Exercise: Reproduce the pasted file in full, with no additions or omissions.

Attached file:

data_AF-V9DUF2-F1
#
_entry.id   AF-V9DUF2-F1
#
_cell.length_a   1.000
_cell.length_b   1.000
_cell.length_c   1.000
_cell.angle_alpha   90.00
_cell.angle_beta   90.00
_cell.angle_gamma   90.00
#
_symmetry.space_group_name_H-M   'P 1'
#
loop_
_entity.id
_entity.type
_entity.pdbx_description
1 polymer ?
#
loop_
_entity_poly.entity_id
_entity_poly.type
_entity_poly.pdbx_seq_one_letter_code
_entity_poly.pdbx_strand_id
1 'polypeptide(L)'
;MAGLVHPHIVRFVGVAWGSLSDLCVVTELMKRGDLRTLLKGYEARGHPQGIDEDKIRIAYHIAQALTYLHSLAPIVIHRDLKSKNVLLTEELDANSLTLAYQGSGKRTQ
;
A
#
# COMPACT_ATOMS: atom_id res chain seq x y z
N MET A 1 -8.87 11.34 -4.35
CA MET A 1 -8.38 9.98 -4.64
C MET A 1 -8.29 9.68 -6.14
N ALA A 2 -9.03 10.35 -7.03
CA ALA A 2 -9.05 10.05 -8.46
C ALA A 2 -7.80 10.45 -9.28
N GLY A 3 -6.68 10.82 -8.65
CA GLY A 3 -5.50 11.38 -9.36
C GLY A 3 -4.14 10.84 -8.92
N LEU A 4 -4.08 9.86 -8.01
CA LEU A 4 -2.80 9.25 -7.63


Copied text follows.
data_AF-V9DUF2-F1
#
_entry.id   AF-V9DUF2-F1
#
_cell.length_a   1.000
_cell.length_b   1.000
_cell.length_c   1.000
_cell.angle_alpha   90.00
_cell.angle_beta   90.00
_cell.angle_gamma   90.00
#
_symmetry.space_group_name_H-M   'P 1'
#
loop_
_entity.id
_entity.type
_entity.pdbx_description
1 polymer ?
#
loop_
_entity_poly.entity_id
_entity_poly.type
_entity_poly.pdbx_seq_one_letter_code
_entity_poly.pdbx_strand_id
1 'polypeptide(L)'
;MAGLVHPHIVRFVGVAWGSLSDLCVVTELMKRGDLRTLLKGYEARGHPQGIDEDKIRIAYHIAQALTYLHSLAPIVIHRDLKSKNVLLTEELDANSLTLAYQGSGKRTQ
;
A
#
# COMPACT_ATOMS: atom_id res chain seq x y z
N MET A 1 -8.87 11.34 -4.35
CA MET A 1 -8.38 9.98 -4.64
C MET A 1 -8.29 9.68 -6.14
N ALA A 2 -9.03 10.35 -7.03
CA ALA A 2 -9.05 10.05 -8.46
C ALA A 2 -7.80 10.45 -9.28
N GLY A 3 -6.68 10.82 -8.65
CA GLY A 3 -5.50 11.38 -9.36
C GLY A 3 -4.14 10.84 -8.92
N LEU A 4 -4.08 9.86 -8.01
CA LEU A 4 -2.80 9.25 -7.63